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dc.contributor.authorMcRae, Jacquelyn
dc.contributor.authorOnukwugha, Eberechukwu
dc.date.accessioned2021-09-13T16:01:26Z
dc.date.available2021-09-13T16:01:26Z
dc.date.issued2021-08-30
dc.identifier.urihttp://hdl.handle.net/10713/16600
dc.description.abstractThe compounding effects of occupying two or more social identities, such as being "Black" and "female" have been described in intersectionality theory. Intersectionality, a term coined by legal scholar and activist Kimberlé Crenshaw, is a framework to consider race and other social identities as overlapping, dynamic, and interdependent identities. Since its inception, intersectionality has made significant in-roads to inform the conceptualization and empirical investigations of race, gender, and other social identities in sociology, critical race theory, anthropology, feminist theory, and other disciplines. However, to date, cost effectiveness research has not systematically examined race intersecting with other social identities in the valuation of medicines using social theory, such as intersectionality. Consequently, cost effectiveness analysis, which is a method to study the value of medicines in diverse populations, has not been subject to sufficient examination through an intersectionality framework. In the US context, the racial injustices experienced and documented within diverse communities highlight that health outcomes cannot be examined in a vacuum; overlapping social identities such as race and class in relation to context have real effects on health behaviors, measured preferences, and economic costs. Failure to examine the effects of overlapping social identities on heterogeneity in benefits and costs can result in inadequate information for decision makers to evaluate the value of treatments. Without consideration of the overlapping social identities in diverse populations, there is a risk that cost effectiveness analysis results will not accurately reflect the value of treatments in socially disadvantaged populations. In this Current Opinion, we provide an outline for conducting socially conscious cost effectiveness analyses, using intersectionality as one example.en_US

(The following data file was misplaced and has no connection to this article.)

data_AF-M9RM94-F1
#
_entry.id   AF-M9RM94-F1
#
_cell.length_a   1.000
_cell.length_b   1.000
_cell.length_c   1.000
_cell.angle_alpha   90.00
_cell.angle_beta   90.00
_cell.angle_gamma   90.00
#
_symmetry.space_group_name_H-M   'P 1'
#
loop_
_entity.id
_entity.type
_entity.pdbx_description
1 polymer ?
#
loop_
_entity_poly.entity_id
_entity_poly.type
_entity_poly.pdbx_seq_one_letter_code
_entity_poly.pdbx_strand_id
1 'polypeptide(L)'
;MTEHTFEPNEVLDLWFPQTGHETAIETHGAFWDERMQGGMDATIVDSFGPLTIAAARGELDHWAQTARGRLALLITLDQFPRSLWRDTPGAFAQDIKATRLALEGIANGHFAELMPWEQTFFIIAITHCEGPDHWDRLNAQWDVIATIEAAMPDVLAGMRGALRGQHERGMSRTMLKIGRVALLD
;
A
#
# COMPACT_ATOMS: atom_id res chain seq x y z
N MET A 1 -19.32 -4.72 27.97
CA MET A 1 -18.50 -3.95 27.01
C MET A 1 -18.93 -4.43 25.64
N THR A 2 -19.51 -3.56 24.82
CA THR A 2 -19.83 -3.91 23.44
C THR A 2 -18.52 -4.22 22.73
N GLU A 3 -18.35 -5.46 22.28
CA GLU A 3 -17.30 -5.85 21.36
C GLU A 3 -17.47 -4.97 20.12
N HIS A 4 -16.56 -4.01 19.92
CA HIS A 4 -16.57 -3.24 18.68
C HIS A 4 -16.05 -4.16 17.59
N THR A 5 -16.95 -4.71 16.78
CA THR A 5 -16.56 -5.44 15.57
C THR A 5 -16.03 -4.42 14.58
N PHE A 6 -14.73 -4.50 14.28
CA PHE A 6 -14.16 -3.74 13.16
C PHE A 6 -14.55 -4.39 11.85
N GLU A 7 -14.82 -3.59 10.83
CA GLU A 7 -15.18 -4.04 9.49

dc.description.urihttps://doi.org/10.1007/s40273-021-01075-wen_US
dc.language.isoenen_US
dc.publisherSpringer Natureen_US
dc.relation.ispartofPharmacoEconomicsen_US
dc.rights© 2021. The Author(s), under exclusive licence to Springer Nature Switzerland AG.en_US
dc.subject.lcshIntersectionalityen_US
dc.subject.meshCost-Benefit Analysisen_US
dc.subject.meshPharmaceutical Preparations--economicsen_US
dc.titleWhy the Gap in Evaluating the Social Constructs and the Value of Medicines?en_US
dc.typeArticleen_US
dc.identifier.doi10.1007/s40273-021-01075-w
dc.identifier.pmid34458963
dc.source.countryNew Zealand


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